So if this was just about marketing to university positions, this is what my bio would look like:
Ryan Edel is a Ph.D. candidate in creative writing at Illinois State University. He earned his MFA in creative writing with a concentration in fiction from the Johns Hopkins Writing Seminars in May 2010. He served in the U.S. Army from 2002-2007, which included three years with the 82nd Airborne and a ten-month tour in Afghanistan. He also earned an AA in Arabic Language from the Defense Language Institute in Monterey, California. His bachelors degree is in English and German from Case Western Reserve University.
But there is much more to scholarship than a degree, but it’s difficult to convey your life through words alone. And so we depend upon credentials to provide context. Have you been to college? Have your survived graduate school? Do you have life experience indicating the presence of a positive, can-do attitude that will benefit our department? Has this positive attitude adequately tempered to provide a necessary degree of empathy for the human condition? Will you produce sufficient scholarship to prove your value to the academic community? Will you teach our students enough that they will view the university experience as worthwhile? Or will you at least not damage them?
And so, the subtext to my academic biography:
I joined the army after September 11th. I told myself I would make a difference in the world, become the kind of sturdy and heroic figure that I had always imagined myself. In reality I was running. I was an English major – my best job skills were the ability to write and the capacity to work without sleep. I was tired of people never listening to what I had to say. But mostly I was tired.
In the military, I learned that people do not listen to what you say – they witness what you do. Are you on time? Do you work hard? Will you pick your buddy up if he falls? Will you keep crawling if you fall?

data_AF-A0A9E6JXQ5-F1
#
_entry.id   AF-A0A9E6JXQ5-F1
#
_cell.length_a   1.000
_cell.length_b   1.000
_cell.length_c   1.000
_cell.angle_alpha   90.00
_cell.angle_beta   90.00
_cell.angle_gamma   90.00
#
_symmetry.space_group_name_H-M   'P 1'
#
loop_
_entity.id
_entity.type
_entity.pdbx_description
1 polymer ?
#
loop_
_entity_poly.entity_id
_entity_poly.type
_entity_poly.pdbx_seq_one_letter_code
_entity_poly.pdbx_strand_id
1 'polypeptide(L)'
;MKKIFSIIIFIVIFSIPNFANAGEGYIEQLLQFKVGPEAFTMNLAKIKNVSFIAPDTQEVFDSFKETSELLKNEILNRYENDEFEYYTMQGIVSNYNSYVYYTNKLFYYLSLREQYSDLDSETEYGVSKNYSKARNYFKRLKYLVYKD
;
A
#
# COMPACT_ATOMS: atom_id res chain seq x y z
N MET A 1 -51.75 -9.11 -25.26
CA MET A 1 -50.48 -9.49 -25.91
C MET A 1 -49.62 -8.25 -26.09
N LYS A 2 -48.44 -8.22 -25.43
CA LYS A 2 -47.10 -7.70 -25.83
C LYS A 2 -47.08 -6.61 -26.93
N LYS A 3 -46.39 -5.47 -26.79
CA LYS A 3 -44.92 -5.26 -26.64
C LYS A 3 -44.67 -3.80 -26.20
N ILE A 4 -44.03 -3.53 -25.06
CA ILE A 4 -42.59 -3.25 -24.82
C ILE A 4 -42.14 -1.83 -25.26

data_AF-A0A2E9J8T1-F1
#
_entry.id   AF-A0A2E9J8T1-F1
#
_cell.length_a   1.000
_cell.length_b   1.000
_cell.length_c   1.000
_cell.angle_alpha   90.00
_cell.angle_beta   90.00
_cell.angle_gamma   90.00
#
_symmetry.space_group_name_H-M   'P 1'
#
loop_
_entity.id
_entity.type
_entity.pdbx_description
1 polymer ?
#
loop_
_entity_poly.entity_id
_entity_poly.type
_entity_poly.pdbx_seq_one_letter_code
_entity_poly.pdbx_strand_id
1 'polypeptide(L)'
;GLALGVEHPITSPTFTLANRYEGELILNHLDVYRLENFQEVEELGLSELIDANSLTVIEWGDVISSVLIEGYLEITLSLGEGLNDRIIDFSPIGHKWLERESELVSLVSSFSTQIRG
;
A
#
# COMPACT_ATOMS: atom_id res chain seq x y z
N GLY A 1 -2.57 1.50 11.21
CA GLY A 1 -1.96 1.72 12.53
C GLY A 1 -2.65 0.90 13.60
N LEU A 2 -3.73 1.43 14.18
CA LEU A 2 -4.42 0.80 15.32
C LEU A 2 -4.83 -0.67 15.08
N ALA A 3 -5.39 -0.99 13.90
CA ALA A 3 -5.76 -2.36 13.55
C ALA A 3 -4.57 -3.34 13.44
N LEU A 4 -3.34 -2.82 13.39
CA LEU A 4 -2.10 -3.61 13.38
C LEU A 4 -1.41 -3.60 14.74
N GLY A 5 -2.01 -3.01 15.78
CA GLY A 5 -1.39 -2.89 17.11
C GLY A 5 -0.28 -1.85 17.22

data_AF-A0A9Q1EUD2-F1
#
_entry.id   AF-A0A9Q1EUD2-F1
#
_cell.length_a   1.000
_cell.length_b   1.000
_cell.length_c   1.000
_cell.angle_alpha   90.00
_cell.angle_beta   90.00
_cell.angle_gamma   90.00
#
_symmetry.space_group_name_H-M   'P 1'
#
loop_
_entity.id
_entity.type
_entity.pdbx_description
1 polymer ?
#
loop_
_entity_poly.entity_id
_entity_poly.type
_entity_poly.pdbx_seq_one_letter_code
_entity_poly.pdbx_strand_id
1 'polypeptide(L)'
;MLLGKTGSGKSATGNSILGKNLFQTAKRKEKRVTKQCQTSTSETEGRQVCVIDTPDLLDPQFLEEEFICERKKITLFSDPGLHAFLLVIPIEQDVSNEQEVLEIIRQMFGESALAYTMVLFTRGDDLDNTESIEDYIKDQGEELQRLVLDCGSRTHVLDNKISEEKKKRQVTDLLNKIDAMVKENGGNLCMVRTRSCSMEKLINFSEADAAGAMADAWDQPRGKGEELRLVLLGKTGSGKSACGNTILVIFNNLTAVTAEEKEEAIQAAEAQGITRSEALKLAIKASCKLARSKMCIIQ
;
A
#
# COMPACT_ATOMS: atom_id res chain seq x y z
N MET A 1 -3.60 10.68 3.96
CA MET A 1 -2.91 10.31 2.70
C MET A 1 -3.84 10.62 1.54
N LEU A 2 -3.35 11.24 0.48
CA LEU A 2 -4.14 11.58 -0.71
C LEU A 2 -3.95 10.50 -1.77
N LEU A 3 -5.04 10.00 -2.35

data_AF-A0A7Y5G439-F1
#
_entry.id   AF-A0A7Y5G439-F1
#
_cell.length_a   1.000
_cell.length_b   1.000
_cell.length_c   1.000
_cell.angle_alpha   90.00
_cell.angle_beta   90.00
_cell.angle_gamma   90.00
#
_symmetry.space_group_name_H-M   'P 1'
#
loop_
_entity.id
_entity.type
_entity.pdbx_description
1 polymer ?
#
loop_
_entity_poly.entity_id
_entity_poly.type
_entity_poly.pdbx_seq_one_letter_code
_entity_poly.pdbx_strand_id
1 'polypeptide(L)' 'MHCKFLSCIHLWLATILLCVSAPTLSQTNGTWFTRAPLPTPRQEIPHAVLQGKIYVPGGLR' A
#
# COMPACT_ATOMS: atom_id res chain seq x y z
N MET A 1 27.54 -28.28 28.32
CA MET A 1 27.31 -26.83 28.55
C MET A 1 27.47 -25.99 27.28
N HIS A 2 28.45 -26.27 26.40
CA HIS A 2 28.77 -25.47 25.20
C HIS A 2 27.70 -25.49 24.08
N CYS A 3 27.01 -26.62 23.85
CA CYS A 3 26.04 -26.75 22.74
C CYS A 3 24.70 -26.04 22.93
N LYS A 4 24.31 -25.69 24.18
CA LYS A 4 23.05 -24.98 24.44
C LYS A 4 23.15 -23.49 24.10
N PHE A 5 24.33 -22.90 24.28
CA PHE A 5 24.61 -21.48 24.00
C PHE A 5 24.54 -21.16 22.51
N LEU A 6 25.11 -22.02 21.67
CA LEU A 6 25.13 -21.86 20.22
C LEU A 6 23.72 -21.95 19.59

Graduate school is not entirely different. Will you be on time? Will you work hard? Will you read the books you need to read, and then fairly represent the scholars you are quoting? Will you help your colleagues build a department and a discipline? Will you continue crawling when you fall?
This website isn’t about showing the best of me – although that will be included, of course. It’s more about posting my research notes, sharing the interesting resources I find, and organizing my thoughts. It’s about better integrating my personal writing activities into the discursive publics of scholarship. Because the nature of sharing has changed. And the last time I looked up, I saw I had fallen behind.
And then I realized the definitive sadness of academic life: we are always behind. There is always the new. But much of this “new” is built upon the long habits of good scholarship: reading, thinking, responding. The only change is that more is happening within these digital spaces. We can now share and discuss in real time. The conference table has grown to dozens of screens, each one open to the entire world.
Still, the “world” of the web is narrow, in its own way. Search engines and social media use automated algorithms to sort our electronic catalogs of reality. How will we address the differences between the online and the offline? How does the media of image change reality of “real” life? How do we parse out the nature and meaning of mediated social relationships? How should we address the fact that many such relationships are built upon privilege and marginalization? And how do we counter the injustice of imposed silence without silencing others in turn?
And can this sight be about all that? Yes. In the same way that a single tree in a broad forest can represent the sun and green and the soil. Except by tree, I mean sapling.
To the sun and the rain: may they nourish the soul without burning the grass to desert or flooding the plains to a broad abyss of ocean.